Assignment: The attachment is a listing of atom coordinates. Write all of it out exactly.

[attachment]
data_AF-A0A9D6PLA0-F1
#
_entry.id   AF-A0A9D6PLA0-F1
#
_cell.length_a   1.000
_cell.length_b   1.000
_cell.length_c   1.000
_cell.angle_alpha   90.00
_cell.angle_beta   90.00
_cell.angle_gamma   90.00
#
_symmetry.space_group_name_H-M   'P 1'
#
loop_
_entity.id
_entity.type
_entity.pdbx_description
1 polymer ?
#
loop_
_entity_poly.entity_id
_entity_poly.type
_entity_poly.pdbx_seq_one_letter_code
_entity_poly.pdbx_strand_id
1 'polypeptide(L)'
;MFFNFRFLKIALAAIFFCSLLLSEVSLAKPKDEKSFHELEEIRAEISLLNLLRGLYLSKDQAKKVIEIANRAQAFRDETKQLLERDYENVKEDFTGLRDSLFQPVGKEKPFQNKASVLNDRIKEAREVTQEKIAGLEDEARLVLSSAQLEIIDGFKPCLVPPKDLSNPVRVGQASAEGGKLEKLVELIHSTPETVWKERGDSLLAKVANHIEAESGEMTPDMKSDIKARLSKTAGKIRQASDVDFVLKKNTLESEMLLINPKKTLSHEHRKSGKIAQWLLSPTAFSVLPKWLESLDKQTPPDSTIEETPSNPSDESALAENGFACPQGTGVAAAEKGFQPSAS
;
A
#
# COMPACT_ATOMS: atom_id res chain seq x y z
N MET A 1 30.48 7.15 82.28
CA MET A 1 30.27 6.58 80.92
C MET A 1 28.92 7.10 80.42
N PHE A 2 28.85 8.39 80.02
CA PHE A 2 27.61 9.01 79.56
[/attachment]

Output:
data_AF-A0A9D6PLA0-F1
#
_entry.id   AF-A0A9D6PLA0-F1
#
_cell.length_a   1.000
_cell.length_b   1.000
_cell.length_c   1.000
_cell.angle_alpha   90.00
_cell.angle_beta   90.00
_cell.angle_gamma   90.00
#
_symmetry.space_group_name_H-M   'P 1'
#
loop_
_entity.id
_entity.type
_entity.pdbx_description
1 polymer ?
#
loop_
_entity_poly.entity_id
_entity_poly.type
_entity_poly.pdbx_seq_one_letter_code
_entity_poly.pdbx_strand_id
1 'polypeptide(L)'
;MFFNFRFLKIALAAIFFCSLLLSEVSLAKPKDEKSFHELEEIRAEISLLNLLRGLYLSKDQAKKVIEIANRAQAFRDETKQLLERDYENVKEDFTGLRDSLFQPVGKEKPFQNKASVLNDRIKEAREVTQEKIAGLEDEARLVLSSAQLEIIDGFKPCLVPPKDLSNPVRVGQASAEGGKLEKLVELIHSTPETVWKERGDSLLAKVANHIEAESGEMTPDMKSDIKARLSKTAGKIRQASDVDFVLKKNTLESEMLLINPKKTLSHEHRKSGKIAQWLLSPTAFSVLPKWLESLDKQTPPDSTIEETPSNPSDESALAENGFACPQGTGVAAAEKGFQPSAS
;
A
#
# COMPACT_ATOMS: atom_id res chain seq x y z
N MET A 1 30.48 7.15 82.28
CA MET A 1 30.27 6.58 80.92
C MET A 1 28.92 7.10 80.42
N PHE A 2 28.85 8.39 80.02
CA PHE A 2 27.61 9.01 79.56